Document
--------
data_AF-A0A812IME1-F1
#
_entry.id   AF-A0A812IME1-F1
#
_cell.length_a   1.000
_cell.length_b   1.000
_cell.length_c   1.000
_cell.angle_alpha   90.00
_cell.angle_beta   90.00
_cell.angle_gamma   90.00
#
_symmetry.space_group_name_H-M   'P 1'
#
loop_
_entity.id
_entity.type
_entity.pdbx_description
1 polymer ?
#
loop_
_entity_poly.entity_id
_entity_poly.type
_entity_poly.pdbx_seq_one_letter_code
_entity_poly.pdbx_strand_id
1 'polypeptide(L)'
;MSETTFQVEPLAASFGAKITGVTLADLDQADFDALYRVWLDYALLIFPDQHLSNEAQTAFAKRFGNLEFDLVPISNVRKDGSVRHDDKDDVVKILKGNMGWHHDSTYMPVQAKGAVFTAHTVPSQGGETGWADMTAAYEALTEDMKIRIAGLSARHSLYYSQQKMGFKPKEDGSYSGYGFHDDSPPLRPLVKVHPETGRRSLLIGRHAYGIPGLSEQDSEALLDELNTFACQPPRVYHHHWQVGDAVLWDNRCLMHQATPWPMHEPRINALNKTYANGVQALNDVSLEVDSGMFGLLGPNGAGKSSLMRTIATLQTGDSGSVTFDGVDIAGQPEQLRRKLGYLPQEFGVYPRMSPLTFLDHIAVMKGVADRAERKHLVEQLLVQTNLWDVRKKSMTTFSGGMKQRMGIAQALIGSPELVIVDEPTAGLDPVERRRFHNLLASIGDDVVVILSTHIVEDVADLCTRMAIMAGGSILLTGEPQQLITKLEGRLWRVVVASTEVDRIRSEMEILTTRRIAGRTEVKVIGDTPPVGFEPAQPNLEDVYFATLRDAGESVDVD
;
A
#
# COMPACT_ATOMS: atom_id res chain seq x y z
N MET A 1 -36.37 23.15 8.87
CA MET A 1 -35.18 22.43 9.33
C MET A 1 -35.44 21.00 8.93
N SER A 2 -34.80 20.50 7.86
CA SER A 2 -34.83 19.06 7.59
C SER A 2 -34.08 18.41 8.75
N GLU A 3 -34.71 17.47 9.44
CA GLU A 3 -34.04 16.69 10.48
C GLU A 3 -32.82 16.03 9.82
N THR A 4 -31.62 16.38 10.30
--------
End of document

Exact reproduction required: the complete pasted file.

data_AF-A0A812IME1-F1
#
_entry.id   AF-A0A812IME1-F1
#
_cell.length_a   1.000
_cell.length_b   1.000
_cell.length_c   1.000
_cell.angle_alpha   90.00
_cell.angle_beta   90.00
_cell.angle_gamma   90.00
#
_symmetry.space_group_name_H-M   'P 1'
#
loop_
_entity.id
_entity.type
_entity.pdbx_description
1 polymer ?
#
loop_
_entity_poly.entity_id
_entity_poly.type
_entity_poly.pdbx_seq_one_letter_code
_entity_poly.pdbx_strand_id
1 'polypeptide(L)'
;MSETTFQVEPLAASFGAKITGVTLADLDQADFDALYRVWLDYALLIFPDQHLSNEAQTAFAKRFGNLEFDLVPISNVRKDGSVRHDDKDDVVKILKGNMGWHHDSTYMPVQAKGAVFTAHTVPSQGGETGWADMTAAYEALTEDMKIRIAGLSARHSLYYSQQKMGFKPKEDGSYSGYGFHDDSPPLRPLVKVHPETGRRSLLIGRHAYGIPGLSEQDSEALLDELNTFACQPPRVYHHHWQVGDAVLWDNRCLMHQATPWPMHEPRINALNKTYANGVQALNDVSLEVDSGMFGLLGPNGAGKSSLMRTIATLQTGDSGSVTFDGVDIAGQPEQLRRKLGYLPQEFGVYPRMSPLTFLDHIAVMKGVADRAERKHLVEQLLVQTNLWDVRKKSMTTFSGGMKQRMGIAQALIGSPELVIVDEPTAGLDPVERRRFHNLLASIGDDVVVILSTHIVEDVADLCTRMAIMAGGSILLTGEPQQLITKLEGRLWRVVVASTEVDRIRSEMEILTTRRIAGRTEVKVIGDTPPVGFEPAQPNLEDVYFATLRDAGESVDVD
;
A
#
# COMPACT_ATOMS: atom_id res chain seq x y z
N MET A 1 -36.37 23.15 8.87
CA MET A 1 -35.18 22.43 9.33
C MET A 1 -35.44 21.00 8.93
N SER A 2 -34.80 20.50 7.86
CA SER A 2 -34.83 19.06 7.59
C SER A 2 -34.08 18.41 8.75
N GLU A 3 -34.71 17.47 9.44
CA GLU A 3 -34.04 16.69 10.48
C GLU A 3 -32.82 16.03 9.82
N THR A 4 -31.62 16.38 10.30